In the spring of 1969, in a brief stupor of Franco’s state of emergency, the publishing house Anagrama was born in Barcelona. The first two books published by the young, long-haired Jordi Herralde were El oficio de vivir —the intimate diary of Cesare Pavese— and Jean Paul Sartre’s Baudelaire. Before those two titles, many others were stopped by censorship: Partiendo de El Capital by Elmar Altvater, Samir Amin, François Châtelet and Nicos Poulantzas; the anthology of Bolshevik texts by Jean Jacques Marie; Moncada. Primer combate de Fidel Castro by Robert Merle; Walter Benjamin’s Sobre el hachís…
The mark of the New Left was evident in Herralde’s project. The editor’s correspondence with his authors, with other editors, with literary agencies and, above all, with the press of those years oscillated between discreetly flirtatious and reasonably sullen tones, as of someone who knows he is reprehensible. Those letters are the source of a book edited by essayist Jordi Gracia, which traces the epistolary history of Anagrama over three decades.
The collection of notebooks that Herralde launched at the end of 1969 illustrates very well the inscription of Anagrama in the New Left. Herralde read magazines such as Les Temps Modernes, Nouvelle Critique, Monthly Review and New Left Review, and proposed turning some of their articles into essay notebooks. Thus arose the idea of publishing texts by Maurice Dobb, Claude Lévi-Strauss and Edmund Leach. This idea led Herralde to correspond with André Glucksmann and Louis Althusser, through André Gorz.
The editor’s objective was to translate Glucksmann’s Le discours de la guerre (1967), and to avoid censorship he hatched an ingenious plan: he would submit for prior censorship Gucksmann’s essay Althusser: a ventriloquial structuralismo (1971), together with Althusser’s own Freud y Lacan (1970), which would appear as notebooks. Following that diversionary maneuver, he decided that Glucksmann’s book “would not be sent for prior censorship to avoid deletions or outright banning.” El discurso de la guerra would be “submitted to the depository already in print, risking seizure,” since “in that case the judicial procedure was less arbitrary.”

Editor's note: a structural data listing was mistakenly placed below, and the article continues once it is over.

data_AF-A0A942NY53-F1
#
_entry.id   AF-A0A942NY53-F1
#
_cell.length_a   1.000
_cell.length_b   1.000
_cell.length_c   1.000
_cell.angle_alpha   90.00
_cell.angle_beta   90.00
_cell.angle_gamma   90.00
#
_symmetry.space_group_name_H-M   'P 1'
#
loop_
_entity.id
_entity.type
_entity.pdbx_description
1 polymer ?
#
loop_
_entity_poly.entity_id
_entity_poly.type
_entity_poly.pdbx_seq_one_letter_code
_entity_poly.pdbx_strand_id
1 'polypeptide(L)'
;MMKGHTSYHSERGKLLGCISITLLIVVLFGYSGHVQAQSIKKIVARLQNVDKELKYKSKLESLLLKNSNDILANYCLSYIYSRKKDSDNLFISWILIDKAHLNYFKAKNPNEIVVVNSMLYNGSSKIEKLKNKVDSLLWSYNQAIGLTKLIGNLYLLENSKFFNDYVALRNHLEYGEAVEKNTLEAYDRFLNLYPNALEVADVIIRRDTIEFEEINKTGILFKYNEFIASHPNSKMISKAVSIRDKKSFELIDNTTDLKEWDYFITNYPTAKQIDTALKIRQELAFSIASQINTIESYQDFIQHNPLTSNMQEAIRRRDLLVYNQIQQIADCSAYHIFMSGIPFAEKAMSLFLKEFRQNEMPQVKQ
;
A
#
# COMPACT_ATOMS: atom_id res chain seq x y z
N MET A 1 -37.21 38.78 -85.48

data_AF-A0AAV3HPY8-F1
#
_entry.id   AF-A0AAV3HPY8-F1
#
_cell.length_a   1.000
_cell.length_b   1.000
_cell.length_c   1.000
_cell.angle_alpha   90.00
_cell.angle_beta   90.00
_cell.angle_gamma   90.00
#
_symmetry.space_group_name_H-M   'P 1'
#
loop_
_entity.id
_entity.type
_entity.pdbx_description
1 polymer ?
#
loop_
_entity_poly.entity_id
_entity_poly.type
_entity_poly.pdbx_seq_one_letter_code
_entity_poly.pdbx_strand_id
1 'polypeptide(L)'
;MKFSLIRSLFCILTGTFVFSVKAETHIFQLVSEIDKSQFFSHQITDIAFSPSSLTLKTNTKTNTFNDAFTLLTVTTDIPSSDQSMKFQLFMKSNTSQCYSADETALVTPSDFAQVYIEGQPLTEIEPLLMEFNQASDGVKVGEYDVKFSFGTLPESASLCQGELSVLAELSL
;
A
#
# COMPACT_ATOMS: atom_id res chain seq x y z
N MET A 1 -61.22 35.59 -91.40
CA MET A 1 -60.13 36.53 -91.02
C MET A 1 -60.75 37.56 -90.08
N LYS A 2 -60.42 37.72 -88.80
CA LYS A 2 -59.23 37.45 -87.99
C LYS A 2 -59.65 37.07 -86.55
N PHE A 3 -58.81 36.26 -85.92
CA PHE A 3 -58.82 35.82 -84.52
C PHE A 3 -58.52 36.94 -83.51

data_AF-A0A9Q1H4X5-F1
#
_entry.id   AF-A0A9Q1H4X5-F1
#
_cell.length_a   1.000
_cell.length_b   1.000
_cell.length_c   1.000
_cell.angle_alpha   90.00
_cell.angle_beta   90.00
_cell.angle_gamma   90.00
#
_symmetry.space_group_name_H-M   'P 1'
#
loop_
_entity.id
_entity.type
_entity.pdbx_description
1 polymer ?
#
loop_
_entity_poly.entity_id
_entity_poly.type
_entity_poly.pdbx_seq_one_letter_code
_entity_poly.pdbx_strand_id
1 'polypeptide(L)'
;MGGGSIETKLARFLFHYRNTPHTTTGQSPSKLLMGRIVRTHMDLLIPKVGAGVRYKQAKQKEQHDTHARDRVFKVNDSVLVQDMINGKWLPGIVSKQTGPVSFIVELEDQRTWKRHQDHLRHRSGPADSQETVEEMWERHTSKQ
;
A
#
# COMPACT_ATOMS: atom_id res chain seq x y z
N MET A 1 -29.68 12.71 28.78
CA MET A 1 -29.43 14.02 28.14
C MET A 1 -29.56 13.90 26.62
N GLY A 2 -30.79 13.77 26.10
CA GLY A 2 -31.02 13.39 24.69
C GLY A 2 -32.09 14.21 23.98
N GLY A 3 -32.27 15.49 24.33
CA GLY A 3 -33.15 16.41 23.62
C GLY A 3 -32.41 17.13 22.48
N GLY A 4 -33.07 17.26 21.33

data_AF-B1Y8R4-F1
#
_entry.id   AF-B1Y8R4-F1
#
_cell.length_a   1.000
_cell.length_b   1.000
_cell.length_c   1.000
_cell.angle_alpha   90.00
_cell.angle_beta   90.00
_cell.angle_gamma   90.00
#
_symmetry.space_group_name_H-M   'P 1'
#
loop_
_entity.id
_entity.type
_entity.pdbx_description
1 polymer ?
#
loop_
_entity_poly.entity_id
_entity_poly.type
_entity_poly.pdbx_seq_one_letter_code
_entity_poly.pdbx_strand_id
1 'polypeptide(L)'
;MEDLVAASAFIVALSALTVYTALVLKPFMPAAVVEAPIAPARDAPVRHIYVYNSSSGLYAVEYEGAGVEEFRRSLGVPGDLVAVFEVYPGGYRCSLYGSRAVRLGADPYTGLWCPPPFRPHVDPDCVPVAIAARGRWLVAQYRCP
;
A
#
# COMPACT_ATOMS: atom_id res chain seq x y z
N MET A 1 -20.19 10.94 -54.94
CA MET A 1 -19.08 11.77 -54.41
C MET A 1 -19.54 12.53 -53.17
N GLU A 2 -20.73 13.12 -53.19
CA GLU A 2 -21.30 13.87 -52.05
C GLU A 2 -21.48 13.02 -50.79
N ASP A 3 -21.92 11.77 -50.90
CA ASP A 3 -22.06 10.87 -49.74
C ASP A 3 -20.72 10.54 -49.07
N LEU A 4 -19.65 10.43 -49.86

In the midst of that play an unforeseen event occurred when Althusser, after having accepted, refused the translation of Freud et Lacan in Anagrama. It is not clear what made Althusser hesitate, whether it was a monetary issue —the bargaining for money of those Marxists with their publishers was relentless—, discomfort with the translation or the company of awkward authors such as the Trotskyist Isaac Deustcher in the same collection. What is certain is that after a couple of persuasive letters from Herralde, Althusser accepted the offer.
As in so many other publishing projects of the Western New Left, the relationship with Cuba was marked by tension from the beginning. After the censorship of Robert Merle’s book on the Moncada, Herralde considered translating Andrew Sinclair’s study on Che Guevara. Along the way, the Padilla case and the critical repositioning of a good part of the Western left became an issue. It was then that the manuscript of Interrogatorio de La Habana: autorretrato de la contrarrevolución (1973) by Hans Magnus Enzensberger, one of Herralde’s great accomplices, arrived at Anagrama.